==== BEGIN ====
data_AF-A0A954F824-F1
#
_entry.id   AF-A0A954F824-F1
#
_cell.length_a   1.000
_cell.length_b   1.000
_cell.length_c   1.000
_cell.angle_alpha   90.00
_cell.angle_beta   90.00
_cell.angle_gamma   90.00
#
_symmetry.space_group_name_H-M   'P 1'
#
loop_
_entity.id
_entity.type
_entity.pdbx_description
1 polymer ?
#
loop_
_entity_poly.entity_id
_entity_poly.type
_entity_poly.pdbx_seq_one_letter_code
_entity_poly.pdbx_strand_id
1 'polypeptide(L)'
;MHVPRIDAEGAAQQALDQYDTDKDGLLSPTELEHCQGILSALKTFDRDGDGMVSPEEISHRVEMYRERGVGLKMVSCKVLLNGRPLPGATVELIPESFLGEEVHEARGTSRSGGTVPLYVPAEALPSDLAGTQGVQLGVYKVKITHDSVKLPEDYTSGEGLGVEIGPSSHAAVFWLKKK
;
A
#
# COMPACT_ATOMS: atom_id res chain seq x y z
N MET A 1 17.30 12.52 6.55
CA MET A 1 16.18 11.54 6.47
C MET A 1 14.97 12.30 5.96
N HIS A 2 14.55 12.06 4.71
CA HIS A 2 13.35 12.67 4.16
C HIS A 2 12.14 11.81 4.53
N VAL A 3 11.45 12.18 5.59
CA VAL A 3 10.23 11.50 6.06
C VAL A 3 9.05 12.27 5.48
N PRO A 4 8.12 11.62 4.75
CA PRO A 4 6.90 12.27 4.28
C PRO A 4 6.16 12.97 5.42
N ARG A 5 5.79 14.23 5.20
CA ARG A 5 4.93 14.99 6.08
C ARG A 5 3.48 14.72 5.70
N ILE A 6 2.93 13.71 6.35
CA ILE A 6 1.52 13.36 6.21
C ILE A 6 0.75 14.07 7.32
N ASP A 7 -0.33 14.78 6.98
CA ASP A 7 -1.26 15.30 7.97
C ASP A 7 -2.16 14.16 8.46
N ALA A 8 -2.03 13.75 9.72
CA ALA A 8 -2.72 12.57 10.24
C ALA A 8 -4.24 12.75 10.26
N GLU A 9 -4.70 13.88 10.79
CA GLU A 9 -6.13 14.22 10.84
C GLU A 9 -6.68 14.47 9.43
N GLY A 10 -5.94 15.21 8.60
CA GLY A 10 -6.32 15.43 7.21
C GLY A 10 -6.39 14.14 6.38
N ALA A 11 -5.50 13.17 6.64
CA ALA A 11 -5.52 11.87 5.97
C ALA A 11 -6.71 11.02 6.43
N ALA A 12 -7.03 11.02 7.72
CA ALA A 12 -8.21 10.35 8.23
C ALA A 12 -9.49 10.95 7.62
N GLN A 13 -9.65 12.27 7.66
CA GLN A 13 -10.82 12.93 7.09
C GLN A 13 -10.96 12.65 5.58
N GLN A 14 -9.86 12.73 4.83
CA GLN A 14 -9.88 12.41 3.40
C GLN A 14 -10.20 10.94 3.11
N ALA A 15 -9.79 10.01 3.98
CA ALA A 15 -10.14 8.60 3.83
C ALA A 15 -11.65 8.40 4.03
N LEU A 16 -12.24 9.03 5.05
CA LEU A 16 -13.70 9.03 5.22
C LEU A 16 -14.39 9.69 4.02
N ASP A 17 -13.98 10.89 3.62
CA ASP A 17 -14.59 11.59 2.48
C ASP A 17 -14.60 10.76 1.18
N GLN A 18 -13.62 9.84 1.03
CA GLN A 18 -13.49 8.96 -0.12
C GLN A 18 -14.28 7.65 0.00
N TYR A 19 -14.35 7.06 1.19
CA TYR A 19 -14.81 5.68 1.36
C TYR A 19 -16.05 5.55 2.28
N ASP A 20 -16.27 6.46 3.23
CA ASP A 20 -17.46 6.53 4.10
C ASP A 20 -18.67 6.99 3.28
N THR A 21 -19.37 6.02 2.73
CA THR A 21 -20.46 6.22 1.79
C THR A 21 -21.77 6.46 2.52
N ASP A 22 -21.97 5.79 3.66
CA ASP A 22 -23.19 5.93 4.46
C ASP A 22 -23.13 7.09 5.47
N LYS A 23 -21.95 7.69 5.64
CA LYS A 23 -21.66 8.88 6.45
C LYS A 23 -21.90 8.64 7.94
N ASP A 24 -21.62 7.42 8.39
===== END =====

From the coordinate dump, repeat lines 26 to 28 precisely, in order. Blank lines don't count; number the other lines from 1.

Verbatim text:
;MHVPRIDAEGAAQQALDQYDTDKDGLLSPTELEHCQGILSALKTFDRDGDGMVSPEEISHRVEMYRERGVGLKMVSCKVLLNGRPLPGATVELIPESFLGEEVHEARGTSRSGGTVPLYVPAEALPSDLAGTQGVQLGVYKVKITHDSVKLPEDYTSGEGLGVEIGPSSHAAVFWLKKK
;
A